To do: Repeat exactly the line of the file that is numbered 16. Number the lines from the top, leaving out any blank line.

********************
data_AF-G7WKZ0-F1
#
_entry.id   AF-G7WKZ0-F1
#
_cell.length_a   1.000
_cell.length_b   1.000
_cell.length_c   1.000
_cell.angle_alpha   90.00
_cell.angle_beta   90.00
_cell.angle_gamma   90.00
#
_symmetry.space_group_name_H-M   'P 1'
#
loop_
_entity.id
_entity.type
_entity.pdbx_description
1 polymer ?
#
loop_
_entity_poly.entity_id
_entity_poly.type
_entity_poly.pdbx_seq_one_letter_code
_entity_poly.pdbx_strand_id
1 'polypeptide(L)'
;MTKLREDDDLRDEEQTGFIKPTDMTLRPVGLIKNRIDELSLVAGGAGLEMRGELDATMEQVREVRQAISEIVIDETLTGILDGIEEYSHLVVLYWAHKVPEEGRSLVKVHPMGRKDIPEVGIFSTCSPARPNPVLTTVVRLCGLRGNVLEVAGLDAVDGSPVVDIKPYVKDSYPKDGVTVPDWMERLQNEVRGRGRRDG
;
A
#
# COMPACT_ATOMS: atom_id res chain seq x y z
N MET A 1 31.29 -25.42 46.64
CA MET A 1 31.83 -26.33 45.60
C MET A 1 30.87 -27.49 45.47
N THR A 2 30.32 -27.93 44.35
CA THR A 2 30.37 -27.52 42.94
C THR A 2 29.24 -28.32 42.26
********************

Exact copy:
_entity.type